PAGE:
To get a better understanding of what's going on, consider the way immigration's impact is felt. Though its overall effect may be positive, its costs and benefits are distributed unevenly. David Card, an economist at UC Berkeley, notes that the ones who profit most directly from immigrants' low-cost labor are businesses and employers – meatpacking plants in Nebraska, for instance, or agricultural businesses in California. Granted, these producers' savings probably translate into lower prices at the grocery store, but how many consumers make that mental connection at the checkout counter? As for the drawbacks of illegal immigration, these, too, are concentrated. Native low-skilled workers suffer most from the competition of foreign labor. According to a study by George Borjas, a Harvard economist, immigration reduced the wages of American high-school dropouts by 9% between 1980-2000.

Among high-skilled, better-educated employees, however, opposition was strongest in states with both high numbers of immigrants and relatively generous social services. What worried them most, in other words, was the fiscal (财政的)burden of immigration. That conclusion was reinforced by another finding: that their opposition appeared to soften when that fiscal burden decreased, as occurred with welfare reform in the 1990s, which curbed immigrants' access to certain benefits.

The irony is that for all the overexcited debate, the net effect of immigration is minimal. Even for those most acutely affected – say, low-skilled workers, or California residents – the impact isn't all that dramatic. "The unpleasant voices have tended to dominate our perceptions," says Daniel Tichenor, a political science professor at the University of Oregon. "But when all those factors are put together and the economists calculate the numbers, it ends up being a net positive, but a small one." Too bad most people don't realize it.

注意:此部分试题请在答题卡2上作答。

52. What can we learn from the first paragraph?

A) Whether immigrants are good or bad for the economy has been puzzling economists.

B) The American economy used to thrive on immigration but now it's a different story.

C) The consensus among economists is that immigration should not be encouraged.

D) The general public thinks differently from most economists on the impact of immigration.

53. In what way does the author think ordinary Americans benefit from immigration?

A) They can access all kinds of public services.

B) They can get consumer goods at lower prices.

C) They can mix with people of different cultures.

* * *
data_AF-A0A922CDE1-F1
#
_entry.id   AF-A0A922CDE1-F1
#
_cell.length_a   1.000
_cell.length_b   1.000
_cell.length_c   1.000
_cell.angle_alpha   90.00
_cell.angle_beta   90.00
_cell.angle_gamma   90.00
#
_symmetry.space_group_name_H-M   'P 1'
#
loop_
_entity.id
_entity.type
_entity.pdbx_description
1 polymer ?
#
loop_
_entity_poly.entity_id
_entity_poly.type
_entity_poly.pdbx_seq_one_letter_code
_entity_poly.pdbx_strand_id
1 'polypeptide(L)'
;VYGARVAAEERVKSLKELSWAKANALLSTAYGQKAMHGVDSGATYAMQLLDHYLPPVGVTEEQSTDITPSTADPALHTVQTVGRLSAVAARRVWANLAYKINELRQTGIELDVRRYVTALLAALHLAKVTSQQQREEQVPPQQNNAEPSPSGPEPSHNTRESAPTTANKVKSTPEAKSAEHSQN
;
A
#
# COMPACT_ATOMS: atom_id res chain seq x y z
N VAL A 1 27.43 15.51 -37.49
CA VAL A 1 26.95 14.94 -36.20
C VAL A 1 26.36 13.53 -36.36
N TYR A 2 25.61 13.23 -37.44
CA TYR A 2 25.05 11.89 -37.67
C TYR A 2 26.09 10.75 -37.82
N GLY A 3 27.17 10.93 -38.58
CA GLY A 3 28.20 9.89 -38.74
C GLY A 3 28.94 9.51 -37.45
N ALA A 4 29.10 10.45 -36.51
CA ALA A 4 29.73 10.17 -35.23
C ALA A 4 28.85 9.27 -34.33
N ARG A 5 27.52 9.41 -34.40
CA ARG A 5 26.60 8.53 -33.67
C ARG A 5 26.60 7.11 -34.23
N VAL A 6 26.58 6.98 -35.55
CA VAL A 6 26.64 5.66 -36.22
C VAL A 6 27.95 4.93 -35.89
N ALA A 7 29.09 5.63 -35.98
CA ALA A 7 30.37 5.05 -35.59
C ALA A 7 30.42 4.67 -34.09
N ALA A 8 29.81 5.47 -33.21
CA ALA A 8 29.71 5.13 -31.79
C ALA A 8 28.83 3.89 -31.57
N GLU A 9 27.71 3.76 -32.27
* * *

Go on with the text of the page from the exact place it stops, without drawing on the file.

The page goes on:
D) They can avoid doing much of the manual labor.

54. Why do native low-skilled workers suffer most from illegal immigration?

A) They have greater difficulty getting welfare support.

B) They are more likely to encounter interracial conflicts.

C) They have a harder time getting a job with decent pay.

D) They are no match for illegal immigrants in labor skills.

55. What is the chief concern of native high-skilled, better-educated employees about the inflow of immigrants?

A) It may change the existing social structure.

B) It may pose a threat to their economic status.

C) It may lead to social instability in the country.

D) It may place a great strain on the state budget.

56. What is the irony about the debate over immigration?

A) Even economists can't reach a consensus about its impact.

B) Those who are opposed to it turn out to benefit most from it.

C) People are making too big a fuss about something of small impact.

D) There is no essential difference between seemingly opposite opinions.

Passage Two

Questions 57 to 61 are based on the following passage.

Picture a typical MBA lecture theatre twenty years ago. In it the majorit of students will have conformed to the standard model of the time: male, middle class and Western. Walk into a class today, however, and you'll get a completely different impression. For a start, you will now see plenty more women – the University of Pennsylvania's Wharton School, for example, boasts that 40% of its new enrolment is female. You will also see a wide range of ethnic groups and nationals of practically every country.

It might be tempting, therefore, to think that the old barriers have been broken down and equal opportunity achieved. But, increasingly, this apparent diversity is becoming a mask for a new type of conformity. Behind the differences in sex, skin tones and mother tongues, there are common attitudes, expectations and ambitions which risk creating a set of clones among the business leaders of the future.